Unless you are careful, your usual healthy eating habits may fall by the wayside and send your blood cholesterol soaring.
- Seven out of 10 people in the UK currently have cholesterol higher than the levels currently recommended by the government (that’s a total blood cholesterol level of less than 5mmol/L and lower than 3mmol/L for ‘bad’ LDL cholesterol)
- High cholesterol is one of the known risk factors for developing heart disease and a risk factor for strokes, so you need to keep it under control.
- Experts recommend eating less saturated fat which is found in fatty meats like sausages and mince, as well as cutting out processed foods like cakes and biscuits and replacing them with fruit and vegetables.
But don’t despair. You can eat delicious seasonal foods which can lower rather increase your blood cholesterol.
“A number of fruits help lower your blood cholesterol,” explains nutritionist Sarah Schenker: “some of them also have other health benefits for your heart too.”
- Apricots: Nutrients in apricots can help protect the heart as well as providing the cholesterol-lowering effects of fibre. The high beta-carotene content of apricots makes them important heart health foods. Beta-carotene helps protect LDL cholesterol from oxidation, which may help prevent furring up of the arteries.
- Raspberries: These delicious summer berries are an excellent source of cholesterol-lowering fibre and the antioxidant nutrients manganese and vitamin C. They also contain vitamin B2, folate, niacin, magnesium, potassium and copper. In addition, they contain significant amounts of the anti-cancer phytochemical ellagic acid.
- Avocados: These have a high content of mono-unsaturated fatty acids; they are also a good source of the antioxidant vitamins E and C, which can prevent the furring up of arteries, as well as potassium, which helps to control blood pressure, both of which are crucial to maintaining a healthy heart. Avocados make a great snack between meals as they do not interfere with blood sugar levels - but weight watchers beware, avocados are high in calories at 400 kcal each.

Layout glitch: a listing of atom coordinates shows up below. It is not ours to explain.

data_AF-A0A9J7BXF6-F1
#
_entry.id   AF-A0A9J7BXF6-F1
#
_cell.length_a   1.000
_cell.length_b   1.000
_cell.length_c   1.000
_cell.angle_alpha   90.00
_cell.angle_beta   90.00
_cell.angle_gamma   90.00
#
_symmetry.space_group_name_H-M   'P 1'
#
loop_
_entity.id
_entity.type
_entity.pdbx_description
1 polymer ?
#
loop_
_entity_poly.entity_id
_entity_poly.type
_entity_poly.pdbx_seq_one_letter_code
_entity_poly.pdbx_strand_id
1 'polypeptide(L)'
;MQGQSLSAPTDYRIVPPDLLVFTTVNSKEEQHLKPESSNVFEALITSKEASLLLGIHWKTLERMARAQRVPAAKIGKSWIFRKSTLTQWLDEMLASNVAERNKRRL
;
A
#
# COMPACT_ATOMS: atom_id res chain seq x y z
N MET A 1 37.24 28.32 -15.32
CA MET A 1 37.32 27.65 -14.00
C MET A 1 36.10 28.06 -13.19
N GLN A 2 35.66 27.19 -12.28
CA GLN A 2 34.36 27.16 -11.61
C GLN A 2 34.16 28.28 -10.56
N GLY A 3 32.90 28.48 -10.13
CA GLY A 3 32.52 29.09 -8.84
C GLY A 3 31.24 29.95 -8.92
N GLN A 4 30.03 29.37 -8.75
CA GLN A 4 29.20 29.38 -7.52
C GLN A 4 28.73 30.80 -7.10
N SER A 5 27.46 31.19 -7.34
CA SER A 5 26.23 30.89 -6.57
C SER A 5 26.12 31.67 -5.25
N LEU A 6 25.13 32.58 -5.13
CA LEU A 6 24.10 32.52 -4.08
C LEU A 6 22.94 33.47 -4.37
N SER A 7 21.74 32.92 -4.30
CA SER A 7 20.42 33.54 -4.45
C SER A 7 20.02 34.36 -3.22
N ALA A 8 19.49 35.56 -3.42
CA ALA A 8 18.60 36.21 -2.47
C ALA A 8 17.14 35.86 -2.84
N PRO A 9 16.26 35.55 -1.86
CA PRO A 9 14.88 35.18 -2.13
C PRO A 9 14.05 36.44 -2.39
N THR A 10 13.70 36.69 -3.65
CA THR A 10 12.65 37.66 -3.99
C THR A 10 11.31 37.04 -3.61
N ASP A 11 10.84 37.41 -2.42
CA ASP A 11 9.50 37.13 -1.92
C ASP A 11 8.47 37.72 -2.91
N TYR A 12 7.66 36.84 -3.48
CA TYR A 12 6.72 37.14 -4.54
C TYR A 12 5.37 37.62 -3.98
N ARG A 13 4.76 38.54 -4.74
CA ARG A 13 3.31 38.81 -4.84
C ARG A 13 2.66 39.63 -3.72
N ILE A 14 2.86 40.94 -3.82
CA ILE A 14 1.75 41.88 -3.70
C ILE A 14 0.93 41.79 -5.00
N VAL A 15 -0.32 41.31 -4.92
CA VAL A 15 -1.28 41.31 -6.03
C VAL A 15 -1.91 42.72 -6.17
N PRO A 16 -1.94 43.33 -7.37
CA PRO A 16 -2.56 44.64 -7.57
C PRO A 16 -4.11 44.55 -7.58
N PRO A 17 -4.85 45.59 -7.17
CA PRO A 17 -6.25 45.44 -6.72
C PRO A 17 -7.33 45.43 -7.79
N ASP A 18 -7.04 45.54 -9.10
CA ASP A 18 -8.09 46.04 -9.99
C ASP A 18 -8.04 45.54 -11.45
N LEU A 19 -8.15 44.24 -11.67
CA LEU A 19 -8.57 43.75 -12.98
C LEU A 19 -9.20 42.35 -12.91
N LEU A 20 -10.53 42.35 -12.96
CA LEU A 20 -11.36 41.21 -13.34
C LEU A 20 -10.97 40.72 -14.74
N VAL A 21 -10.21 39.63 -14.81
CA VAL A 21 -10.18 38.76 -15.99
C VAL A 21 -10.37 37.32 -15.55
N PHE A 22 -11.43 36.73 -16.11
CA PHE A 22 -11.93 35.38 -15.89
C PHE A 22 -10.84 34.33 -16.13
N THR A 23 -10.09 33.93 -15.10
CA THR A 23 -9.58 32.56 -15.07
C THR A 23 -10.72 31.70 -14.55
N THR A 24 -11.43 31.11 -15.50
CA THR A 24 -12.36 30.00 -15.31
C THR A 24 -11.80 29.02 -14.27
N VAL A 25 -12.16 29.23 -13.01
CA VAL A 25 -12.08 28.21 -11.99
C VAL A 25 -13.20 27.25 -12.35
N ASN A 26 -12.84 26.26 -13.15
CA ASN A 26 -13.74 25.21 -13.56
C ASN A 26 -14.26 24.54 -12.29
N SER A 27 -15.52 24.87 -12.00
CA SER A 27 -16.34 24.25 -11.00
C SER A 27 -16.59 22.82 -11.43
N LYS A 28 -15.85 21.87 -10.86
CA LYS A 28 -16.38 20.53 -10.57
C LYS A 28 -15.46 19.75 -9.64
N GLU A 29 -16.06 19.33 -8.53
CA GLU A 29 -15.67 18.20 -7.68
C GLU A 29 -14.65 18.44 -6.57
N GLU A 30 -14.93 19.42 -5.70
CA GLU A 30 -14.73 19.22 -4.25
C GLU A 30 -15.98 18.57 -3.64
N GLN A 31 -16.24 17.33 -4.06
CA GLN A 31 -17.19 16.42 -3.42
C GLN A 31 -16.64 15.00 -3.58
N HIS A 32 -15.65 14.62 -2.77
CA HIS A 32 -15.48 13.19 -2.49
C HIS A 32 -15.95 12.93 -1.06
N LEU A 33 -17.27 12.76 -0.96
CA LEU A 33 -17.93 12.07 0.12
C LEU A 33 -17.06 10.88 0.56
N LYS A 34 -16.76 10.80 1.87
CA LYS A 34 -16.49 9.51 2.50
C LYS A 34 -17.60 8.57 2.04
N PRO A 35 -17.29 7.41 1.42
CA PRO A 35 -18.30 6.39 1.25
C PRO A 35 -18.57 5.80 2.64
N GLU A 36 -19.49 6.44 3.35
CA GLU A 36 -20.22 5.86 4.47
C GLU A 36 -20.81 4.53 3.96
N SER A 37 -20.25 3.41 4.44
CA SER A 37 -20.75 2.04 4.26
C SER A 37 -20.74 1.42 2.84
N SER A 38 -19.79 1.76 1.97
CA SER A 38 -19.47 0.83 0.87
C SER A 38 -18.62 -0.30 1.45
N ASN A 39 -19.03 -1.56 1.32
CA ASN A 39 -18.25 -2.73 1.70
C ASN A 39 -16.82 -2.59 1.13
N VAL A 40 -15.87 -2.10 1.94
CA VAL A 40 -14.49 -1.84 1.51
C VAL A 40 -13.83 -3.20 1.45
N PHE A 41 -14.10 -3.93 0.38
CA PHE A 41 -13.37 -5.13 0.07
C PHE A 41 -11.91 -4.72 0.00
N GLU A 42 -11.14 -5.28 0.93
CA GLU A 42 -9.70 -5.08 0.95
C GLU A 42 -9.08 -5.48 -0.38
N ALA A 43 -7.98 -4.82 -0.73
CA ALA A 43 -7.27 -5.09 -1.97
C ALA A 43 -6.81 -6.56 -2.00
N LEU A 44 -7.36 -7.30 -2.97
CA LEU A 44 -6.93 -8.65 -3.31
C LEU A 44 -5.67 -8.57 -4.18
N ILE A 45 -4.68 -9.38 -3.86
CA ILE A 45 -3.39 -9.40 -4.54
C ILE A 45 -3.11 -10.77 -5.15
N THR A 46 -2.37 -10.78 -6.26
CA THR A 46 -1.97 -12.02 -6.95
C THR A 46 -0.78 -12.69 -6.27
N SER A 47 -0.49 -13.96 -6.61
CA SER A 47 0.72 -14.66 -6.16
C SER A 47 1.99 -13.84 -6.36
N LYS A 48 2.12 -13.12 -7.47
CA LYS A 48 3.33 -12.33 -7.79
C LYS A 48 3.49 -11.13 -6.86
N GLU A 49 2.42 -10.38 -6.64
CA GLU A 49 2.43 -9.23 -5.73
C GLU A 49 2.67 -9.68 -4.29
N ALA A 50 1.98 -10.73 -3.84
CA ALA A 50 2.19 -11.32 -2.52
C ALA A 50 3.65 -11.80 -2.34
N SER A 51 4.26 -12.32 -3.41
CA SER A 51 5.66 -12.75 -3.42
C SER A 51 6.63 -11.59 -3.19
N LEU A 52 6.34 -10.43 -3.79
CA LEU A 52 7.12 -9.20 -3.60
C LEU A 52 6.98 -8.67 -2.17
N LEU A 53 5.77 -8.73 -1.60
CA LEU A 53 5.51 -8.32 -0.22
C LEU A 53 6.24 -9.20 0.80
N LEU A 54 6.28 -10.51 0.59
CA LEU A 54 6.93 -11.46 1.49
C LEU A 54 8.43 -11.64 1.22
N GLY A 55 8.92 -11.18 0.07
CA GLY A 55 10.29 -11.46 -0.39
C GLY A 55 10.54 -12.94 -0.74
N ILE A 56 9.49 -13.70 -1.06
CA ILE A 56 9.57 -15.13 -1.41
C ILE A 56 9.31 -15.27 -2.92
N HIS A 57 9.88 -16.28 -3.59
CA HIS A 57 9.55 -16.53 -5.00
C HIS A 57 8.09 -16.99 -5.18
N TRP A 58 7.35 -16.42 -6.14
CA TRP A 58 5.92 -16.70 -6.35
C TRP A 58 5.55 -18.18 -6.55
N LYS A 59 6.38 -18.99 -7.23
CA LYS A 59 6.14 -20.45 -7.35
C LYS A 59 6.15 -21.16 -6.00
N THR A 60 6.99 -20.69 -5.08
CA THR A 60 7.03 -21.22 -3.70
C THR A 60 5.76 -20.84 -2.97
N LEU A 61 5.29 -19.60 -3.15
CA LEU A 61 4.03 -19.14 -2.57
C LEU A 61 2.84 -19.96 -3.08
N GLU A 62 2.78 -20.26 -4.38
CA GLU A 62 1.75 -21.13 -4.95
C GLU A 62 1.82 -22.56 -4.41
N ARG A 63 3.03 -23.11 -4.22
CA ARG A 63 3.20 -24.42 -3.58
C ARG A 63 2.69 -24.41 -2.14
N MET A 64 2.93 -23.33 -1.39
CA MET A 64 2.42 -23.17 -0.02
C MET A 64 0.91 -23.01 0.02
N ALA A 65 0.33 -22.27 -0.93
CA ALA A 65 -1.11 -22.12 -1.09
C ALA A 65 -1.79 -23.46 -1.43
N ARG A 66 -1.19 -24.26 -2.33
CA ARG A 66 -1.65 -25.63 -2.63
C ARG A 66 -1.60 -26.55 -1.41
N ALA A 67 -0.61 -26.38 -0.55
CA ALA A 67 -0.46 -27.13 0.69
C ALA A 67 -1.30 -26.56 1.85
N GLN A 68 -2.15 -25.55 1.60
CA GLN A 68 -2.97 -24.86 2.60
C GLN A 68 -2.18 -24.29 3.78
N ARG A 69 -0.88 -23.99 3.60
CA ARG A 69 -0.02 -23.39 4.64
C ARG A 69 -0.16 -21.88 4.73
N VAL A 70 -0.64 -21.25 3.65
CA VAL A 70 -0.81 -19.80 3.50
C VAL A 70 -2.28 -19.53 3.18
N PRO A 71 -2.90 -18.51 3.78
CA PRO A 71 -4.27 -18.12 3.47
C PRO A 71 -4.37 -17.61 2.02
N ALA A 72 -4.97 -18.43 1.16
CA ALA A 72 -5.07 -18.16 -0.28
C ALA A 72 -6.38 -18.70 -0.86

Your vegetable patch can yield some cholesterol-lowering treats too.
- Asparagus: This contains compounds called saponins, which have repeatedly been shown to have anti-inflammatory and anti-cancer properties. Their intake has also been associated with improved blood pressure, improved blood sugar regulation and better control of blood cholesterol levels. Enjoy it lightly steamed (but don’t smother with butter!).
- Fennel: Fennel is a herb used in cooking; it has an aniseed taste and is great for flavouring fish. An excellent source of vitamin C, it is also a very good source of dietary fibre, which can help to reduce elevated cholesterol levels, as well as other nutrients needed for heart health including potassium, manganese and folate. In addition, fennel is a good source of niacin, phosphorus, calcium, magnesium, iron and copper.
The healthiest cooking oil
- Olives/ olive oils: Although available all year round, new olive oil is produced in the summer. In Italy, the arrival of new oil is celebrated by Le Stagioni dell’Olio or ‘the season of oil’. Olive oil has a high content of mono-unsaturated fatty acids which are known to lower ‘bad’ LDL cholesterol levels without lowering ‘good’ HDL cholesterol.
Cholesterol-lowering meat alternatives
Try and limit the amount of fatty red meat you eat and think about replacing it with oily fish or pulses.
Healthy choices include:
- Mackerel: This oily fish is in season from June through to October so the summer months are the perfect time to enjoy it fresh. Mackerel is the richest source of the long-chain omega-3 fats that are so important for good heart health. Studies have shown that these fats can lower LDL or ‘bad’ cholesterol in the blood as well as help to make the blood thinner and less prone to clotting.
- Lentils: Fresh sprouting lentils appear in the shops in summer. Lentils are a great source of cholesterol-lowering fibre. Not only do lentils help lower cholesterol, they are of special benefit in managing blood-sugar disorders since their high fibre content prevents blood sugar levels from rising rapidly after a meal. Lentils also provide good-to-excellent amounts of important minerals, B-vitamins and protein - all with virtually no fat. This makes them low in calories too, just 230 kcals for a whole cup of cooked lentils.
If you have any questions about how to maintain healthy cholesterol levels, then you can ask our panel of experts.
British Heart Foundation